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Chatwood embraces role as senior Rox starter

Right-hander allows one run over four innings vs. Cubs on Saturday
MLB.com @harding_at_mlb

MESA, Ariz. -- Tyler Chatwood didn't look like a guy carrying the weight of being likely the most experienced pitcher in this year's Rockies rotation on Saturday afternoon.

The right-hander held the Cubs to one run, Kyle Schwarber's third-inning home run, and struck out three in four innings of his team's 4-3 loss at Sloan Park.

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MESA, Ariz. -- Tyler Chatwood didn't look like a guy carrying the weight of being likely the most experienced pitcher in this year's Rockies rotation on Saturday afternoon.

The right-hander held the Cubs to one run, Kyle Schwarber's third-inning home run, and struck out three in four innings of his team's 4-3 loss at Sloan Park.

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Chatwood, 27, entered Spring Training the most experienced starter. When it was revealed that Chad Bettis, who turns 28 in April, will miss the beginning of the season while undergoing chemotherapy for testicular cancer, Chatwood became the Rockies' oldest starter. And at least for now, there isn't a plan to grab more starting experience before the season starts.

But Chatwood, who went 12-9 with a 3.87 ERA last year and had the Majors' lowest road ERA (80 or more innings) at 1.69, said he's in it with those younger pitchers.

For example, Chatwood learned a changeup grip from lefty Tyler Anderson, a rookie last season, and used it for first-inning strikeouts on Saturday against Anthony Rizzo and Ben Zobrist.

"Everybody has their own strength," Chatwood said. "We pick each other's brains. That's what good staffs do -- feed off each other, learn from each other and try to use that to widen your arsenal of pitches."

Chatwood joined the Rockies in a trade with the Angels for catcher Chris Iannetta before the 2012 season. Although he had made 27 appearances, 25 starts, for the Angels, it was with the Rockies that he completed his development. He is an example of the club's program of either developing their pitchers from scratch or obtaining them before they had ingrained big league habits and letting them demystify pitching at altitude.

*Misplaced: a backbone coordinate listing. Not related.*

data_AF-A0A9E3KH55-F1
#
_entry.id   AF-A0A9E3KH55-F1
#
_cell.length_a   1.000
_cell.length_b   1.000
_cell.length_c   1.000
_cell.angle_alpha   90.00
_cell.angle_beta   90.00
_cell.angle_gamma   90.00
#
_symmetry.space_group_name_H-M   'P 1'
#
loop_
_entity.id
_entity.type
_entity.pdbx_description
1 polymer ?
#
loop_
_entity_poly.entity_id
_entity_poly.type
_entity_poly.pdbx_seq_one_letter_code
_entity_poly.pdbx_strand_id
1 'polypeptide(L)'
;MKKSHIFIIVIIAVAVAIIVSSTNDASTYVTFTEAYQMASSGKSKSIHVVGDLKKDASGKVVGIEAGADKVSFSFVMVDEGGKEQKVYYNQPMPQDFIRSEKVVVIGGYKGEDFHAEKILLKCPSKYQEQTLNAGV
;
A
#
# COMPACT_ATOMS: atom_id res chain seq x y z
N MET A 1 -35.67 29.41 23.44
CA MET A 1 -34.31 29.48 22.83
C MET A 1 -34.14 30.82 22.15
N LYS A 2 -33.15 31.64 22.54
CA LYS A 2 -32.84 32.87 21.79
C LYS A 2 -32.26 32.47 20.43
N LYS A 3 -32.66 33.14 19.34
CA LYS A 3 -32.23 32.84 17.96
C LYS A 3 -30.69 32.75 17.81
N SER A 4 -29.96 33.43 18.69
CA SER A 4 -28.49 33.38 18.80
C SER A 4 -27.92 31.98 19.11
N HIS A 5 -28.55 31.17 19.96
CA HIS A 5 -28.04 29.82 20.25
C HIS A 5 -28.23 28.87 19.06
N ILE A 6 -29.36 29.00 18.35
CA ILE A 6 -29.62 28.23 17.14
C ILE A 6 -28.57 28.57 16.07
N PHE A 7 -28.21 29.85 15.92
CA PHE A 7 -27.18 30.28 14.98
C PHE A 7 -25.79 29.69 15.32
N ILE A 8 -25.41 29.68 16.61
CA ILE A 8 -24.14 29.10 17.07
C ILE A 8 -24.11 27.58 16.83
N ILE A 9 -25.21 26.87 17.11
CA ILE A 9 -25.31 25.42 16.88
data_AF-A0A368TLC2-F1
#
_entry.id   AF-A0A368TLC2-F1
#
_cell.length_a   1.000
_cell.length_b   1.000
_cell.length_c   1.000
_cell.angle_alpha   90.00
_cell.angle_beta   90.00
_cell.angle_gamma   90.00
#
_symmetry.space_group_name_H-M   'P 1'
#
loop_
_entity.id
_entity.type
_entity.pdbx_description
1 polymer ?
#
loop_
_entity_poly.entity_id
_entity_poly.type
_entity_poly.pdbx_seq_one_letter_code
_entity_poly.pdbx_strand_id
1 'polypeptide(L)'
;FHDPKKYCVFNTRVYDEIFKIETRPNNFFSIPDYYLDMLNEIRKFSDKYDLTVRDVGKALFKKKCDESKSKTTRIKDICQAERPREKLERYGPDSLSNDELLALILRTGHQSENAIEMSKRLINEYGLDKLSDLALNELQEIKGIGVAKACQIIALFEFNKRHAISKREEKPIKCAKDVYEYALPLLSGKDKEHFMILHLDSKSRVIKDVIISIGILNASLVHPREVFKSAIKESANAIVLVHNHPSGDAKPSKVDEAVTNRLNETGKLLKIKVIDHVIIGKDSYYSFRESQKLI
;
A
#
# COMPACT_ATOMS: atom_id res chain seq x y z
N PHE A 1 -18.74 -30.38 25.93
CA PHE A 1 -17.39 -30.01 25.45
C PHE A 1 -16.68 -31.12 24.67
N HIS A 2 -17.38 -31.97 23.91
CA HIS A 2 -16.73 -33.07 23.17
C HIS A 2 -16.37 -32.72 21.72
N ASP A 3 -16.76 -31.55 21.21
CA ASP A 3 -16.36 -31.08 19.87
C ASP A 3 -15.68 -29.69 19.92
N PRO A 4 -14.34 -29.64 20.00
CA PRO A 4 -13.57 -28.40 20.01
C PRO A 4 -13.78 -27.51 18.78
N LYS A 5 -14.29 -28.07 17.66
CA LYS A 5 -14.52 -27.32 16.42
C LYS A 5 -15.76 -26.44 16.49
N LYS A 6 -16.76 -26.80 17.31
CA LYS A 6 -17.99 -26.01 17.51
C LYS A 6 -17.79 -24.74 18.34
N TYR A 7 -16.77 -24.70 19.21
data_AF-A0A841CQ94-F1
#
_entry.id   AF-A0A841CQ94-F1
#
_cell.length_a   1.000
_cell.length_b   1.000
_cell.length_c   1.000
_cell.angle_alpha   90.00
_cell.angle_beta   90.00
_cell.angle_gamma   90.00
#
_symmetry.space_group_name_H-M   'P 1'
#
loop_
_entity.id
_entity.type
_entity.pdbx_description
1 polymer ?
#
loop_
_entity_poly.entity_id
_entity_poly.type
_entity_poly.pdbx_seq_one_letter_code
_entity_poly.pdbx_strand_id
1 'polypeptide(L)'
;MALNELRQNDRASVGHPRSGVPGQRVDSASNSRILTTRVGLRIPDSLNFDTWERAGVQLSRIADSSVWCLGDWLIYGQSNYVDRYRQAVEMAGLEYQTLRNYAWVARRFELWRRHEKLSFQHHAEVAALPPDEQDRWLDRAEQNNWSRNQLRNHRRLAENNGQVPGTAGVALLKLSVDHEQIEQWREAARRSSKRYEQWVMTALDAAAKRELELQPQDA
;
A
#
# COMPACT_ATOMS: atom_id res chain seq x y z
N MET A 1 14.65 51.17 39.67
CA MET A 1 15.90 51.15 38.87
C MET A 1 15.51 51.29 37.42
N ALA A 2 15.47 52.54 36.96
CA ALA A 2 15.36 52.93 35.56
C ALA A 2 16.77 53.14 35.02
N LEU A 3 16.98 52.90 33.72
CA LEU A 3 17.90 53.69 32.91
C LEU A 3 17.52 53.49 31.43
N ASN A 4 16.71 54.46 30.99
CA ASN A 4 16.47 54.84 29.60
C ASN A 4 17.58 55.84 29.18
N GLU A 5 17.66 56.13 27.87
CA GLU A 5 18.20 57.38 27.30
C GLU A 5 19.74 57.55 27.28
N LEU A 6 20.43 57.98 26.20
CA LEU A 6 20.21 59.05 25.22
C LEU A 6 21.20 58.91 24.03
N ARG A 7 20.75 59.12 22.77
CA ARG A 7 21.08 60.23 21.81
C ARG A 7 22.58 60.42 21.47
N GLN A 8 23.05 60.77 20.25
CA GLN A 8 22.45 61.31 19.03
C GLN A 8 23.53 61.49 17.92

"Pitching is all about executing your pitch, whether it's a fastball or changeup or whatever," Chatwood said. "As long as you go out there trying to execute your pitch and not trying to pitch to the ballpark, you're going to have success."

Rockies manager Bud Black said after allowing a single to Schwarber to start the game, Chatwood was "really sharp -- changeup was outstanding, fastball had good location after the first couple of guys and he threw a couple good curveballs. He mixed pitches, threw strikes, worked quickly and had a very good outing."

Worth noting

• It was another struggle for reliever Miguel Castro, who yielded eighth-inning homers to Eloy Jimenez and Ian Happ in a three-run frame to take the loss. In his previous outing, Castro threw three wild pitches.

"He seems just uncomfortable, can't get any of his secondary pitches over," Black said. "Seems when things do go against him, it sort of snowballs for him. It's tough for him to get back. He's a good kid, but there's work to be done."

• The Rockies, who have been careful for the last week with catcher Tony Wolters because of a slight hyperextension of the right elbow, had a scare when catcher Tom Murphy was backlashed by Rizzo's bat in the first inning. Schwarber had stolen second but was ordered back to first on batter's interference. More important, Murphy stayed in the game after briefly being attended to by the trainer.

Thomas Harding has covered the Rockies since 2000, and for MLB.com since 2002. Follow him on Twitter @harding_at_mlb, listen to podcasts and like his Facebook page.

Colorado Rockies, Tyler Chatwood